KR was brought in from the consumer durables industry where he wasat a VP -Marketing to head the marketing and sales for a family owned,well-established paint company, as Director Marketing. The owners of the paintcompany wanted to professionalize their management and decided to inductprofessionals into roles that were until now handled by a family member. Whilethey had stretched their budget to get KR in the top slot, they were happy thatprofessionals were available at a good price thanks to the recession! In lessthan five months, all stakeholders started having doubts about this good deal. KRrealized the difficulties in working with a family owned firm. It took multiplerounds of meetings with various elders to get things going. Since most of thesenior management had been tenured with the company for more than 20 years,they would resist any initiative or action unless it came from the Chairman’soffice. The owners were distressed that KR had not been able to establishrelationships with the key stakeholders within the firm and in the market. Heseemed to be introducing new practices without understanding this new industry.Despite, these dissatisfactions, KR had managed to improve collections, hadcleared many old receivables, and was improving the distribution. In thismature segment, margins had begun to improve. Unfortunately, KR was slowlyalienating himself from key relationships.


Due to a happy coincidence, the executive coach met with KR as thecoach was known to him from an earlier assignment. Over a quick discussion ofhis current situation, the coach suggested that he try out an executivecoaching program that included a 360* feedforward process. The results of the360* feedforward brought out that KR did not listen to people; he tended to bebrusque, and made quick, summary judgments about others. Those he felt were notup to the mark, he alienated rapidly – whether they were his team members,colleagues, or channel partners. He had not spent enough time understanding theculture of the firm and was now seen as bulldozing his way through withouthaving built up internal and external coalitions. Based on this data, the coachstarted working with KR to change his communication style. He started to learnto listen to people, seek their inputs and opinions, and sell his point ofview. He also realized the importance of giving the firm time to understand andaccept changes rather than forcing them through the system.


Ratan Sharma (RS) – HeadFacilities Group, Services Industry


RS was known in the organization as one of the most talentedadministrators and people managers. The facilities division that he ran wasalmost cultic in their loyalty towards him. Stories of how he had helped peopleand in turn, how people had responded way above the call of duty to help theorganization whenever there was a crisis were part of the organization’sfolklore. Therefore, it came as a rude shock, when he was summoned to thecorporate office and asked to reduce headcount by 15%; he was also told thatthere was not enough money in the kitty for increments; all appraisals were tobe marked as less than satisfactory. For at least a fortnight after thismeeting, RS was distraught and disoriented. He knew of the huge waste in manyparts of the organization, addressing these would save far more than reducingthe personnel count of the facilities support team, the majority of whom werefrom the lower middle class income segments. He believed that letting anyone goat this point would destroy the morale of the entire division; customer servicewould suffer, and clients would not renew their contracts. Rather than dealwith this thankless task, RS decided to put in his own resignation.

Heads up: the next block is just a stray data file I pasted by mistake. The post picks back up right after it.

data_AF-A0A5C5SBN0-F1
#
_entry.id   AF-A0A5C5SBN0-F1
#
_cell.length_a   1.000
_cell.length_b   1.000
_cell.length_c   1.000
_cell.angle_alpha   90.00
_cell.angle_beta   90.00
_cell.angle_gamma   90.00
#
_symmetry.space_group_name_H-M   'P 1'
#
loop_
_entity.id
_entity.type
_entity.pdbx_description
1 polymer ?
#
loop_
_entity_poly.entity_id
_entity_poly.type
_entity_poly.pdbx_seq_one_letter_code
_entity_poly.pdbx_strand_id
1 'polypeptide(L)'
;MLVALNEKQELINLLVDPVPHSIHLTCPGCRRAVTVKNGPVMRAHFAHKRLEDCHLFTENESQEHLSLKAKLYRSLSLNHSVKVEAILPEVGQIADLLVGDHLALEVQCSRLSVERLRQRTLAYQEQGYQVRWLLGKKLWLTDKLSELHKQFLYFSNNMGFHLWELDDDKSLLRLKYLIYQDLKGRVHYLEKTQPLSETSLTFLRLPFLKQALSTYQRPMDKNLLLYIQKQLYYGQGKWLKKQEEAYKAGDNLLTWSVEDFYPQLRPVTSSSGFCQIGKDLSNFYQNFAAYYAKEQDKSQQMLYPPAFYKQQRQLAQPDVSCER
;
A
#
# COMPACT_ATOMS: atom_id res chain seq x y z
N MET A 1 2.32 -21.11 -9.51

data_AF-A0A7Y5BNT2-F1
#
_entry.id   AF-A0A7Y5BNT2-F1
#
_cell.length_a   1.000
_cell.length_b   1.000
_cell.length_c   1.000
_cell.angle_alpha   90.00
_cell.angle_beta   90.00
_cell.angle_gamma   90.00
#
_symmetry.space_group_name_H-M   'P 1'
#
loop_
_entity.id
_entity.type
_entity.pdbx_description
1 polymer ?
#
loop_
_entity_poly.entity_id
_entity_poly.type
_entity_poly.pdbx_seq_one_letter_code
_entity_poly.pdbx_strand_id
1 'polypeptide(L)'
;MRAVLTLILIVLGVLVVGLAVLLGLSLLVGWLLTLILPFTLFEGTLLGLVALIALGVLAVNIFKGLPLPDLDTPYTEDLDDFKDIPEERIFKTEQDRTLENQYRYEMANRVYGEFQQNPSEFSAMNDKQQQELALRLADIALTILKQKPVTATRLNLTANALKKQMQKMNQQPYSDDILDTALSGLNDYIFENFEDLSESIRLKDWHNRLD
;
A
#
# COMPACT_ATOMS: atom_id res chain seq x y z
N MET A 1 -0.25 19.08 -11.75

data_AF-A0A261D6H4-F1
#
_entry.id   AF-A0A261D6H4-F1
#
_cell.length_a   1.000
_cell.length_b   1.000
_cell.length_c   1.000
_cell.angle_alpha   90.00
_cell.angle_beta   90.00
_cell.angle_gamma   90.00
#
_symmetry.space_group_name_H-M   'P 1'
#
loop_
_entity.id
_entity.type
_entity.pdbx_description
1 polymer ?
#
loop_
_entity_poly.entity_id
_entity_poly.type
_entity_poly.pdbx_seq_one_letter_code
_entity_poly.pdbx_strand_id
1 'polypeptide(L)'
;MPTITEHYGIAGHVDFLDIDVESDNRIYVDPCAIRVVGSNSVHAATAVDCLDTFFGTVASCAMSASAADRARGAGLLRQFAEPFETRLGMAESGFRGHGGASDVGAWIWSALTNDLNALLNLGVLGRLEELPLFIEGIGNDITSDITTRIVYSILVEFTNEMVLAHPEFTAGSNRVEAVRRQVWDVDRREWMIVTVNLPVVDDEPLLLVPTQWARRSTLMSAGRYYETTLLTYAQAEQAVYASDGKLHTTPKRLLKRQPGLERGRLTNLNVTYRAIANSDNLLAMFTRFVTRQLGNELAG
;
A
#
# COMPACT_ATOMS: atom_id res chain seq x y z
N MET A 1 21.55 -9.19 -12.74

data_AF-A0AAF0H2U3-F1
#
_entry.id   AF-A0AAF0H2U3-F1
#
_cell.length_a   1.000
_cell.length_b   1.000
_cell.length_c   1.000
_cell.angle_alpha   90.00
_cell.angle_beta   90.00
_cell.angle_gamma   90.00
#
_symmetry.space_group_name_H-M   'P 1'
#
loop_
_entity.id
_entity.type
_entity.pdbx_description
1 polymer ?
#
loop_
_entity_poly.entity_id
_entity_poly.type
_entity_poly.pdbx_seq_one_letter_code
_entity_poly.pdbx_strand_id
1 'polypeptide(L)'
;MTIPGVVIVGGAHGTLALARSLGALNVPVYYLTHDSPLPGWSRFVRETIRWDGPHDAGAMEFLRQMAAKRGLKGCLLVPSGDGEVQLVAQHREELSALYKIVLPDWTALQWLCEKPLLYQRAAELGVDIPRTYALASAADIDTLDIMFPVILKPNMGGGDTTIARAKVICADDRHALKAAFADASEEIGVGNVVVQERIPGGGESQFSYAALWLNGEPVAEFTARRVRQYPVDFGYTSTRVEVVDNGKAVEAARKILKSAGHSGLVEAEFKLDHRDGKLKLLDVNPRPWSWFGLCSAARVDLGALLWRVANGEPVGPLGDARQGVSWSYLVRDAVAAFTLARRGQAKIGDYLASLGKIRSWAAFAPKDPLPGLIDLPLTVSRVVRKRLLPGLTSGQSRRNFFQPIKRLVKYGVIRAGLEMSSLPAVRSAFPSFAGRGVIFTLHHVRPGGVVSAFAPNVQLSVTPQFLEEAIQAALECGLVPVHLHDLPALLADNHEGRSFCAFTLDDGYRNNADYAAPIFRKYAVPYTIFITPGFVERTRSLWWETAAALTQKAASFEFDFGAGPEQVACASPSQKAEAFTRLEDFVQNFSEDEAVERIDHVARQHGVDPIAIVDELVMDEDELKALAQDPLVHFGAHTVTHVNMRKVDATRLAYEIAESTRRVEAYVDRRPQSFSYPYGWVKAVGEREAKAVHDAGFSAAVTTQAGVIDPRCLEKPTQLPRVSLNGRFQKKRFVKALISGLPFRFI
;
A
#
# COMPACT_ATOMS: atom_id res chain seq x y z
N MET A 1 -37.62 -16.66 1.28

Ratan had just started working with an executive coach to help himprepare for senior leadership, so he scheduled a conversation to discuss hisdecision to resign. The executive coach helped RS to look at the situation froma broader perspective; the coach helped RS reframe this task as aleadership-learning crucible. RS realized that he would be able to take betterdecisions in laying-off people than any outsider who replaced him. Once hisperspective was changed, RS was able to put together a plan that would minimizethe human cost of layoffs, and to keep the morale of the remaining team high.


Conclusion


The objective of this paper was to highlight what literature saysabout the impact of difficult times on managing human resources. It suggestedthat traditional HR responses were not enough nor were they appropriate; HRshould consider targeted initiatives like executive coaching. After,documenting some of the benefits of executive coaching from various studies,this paper presented three case studies of how executive coaching has helpedsenior executives deal with the unique situations they were facing in the lastone year in India.It is interesting to note that in all three cases, the senior executives foundexecutive coaches through their own contacts or happy coincidence.Unfortunately, in none of the three companies the HR team had considered usingexecutive coaching as a targeted intervention. Therefore, It is recommended that HR teams understand executive coaching as a targeted HR developmentprocess, and seriously explore how they can use it in their organizations ingood times and bad.

 

 

 

 

 

 

 

 

 

 

 

 

 

 

 

 

 

 

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1 Comment

Reply Women Executive Coaching
2:13 AM on December 21, 2012 
Finally, executives face much pressure in today's dynamic business world and executive coaching steps up to also help them balance their personal and professional goals, so they are able to enjoy healthy, balanced lifestyles.

Women Executive Coaching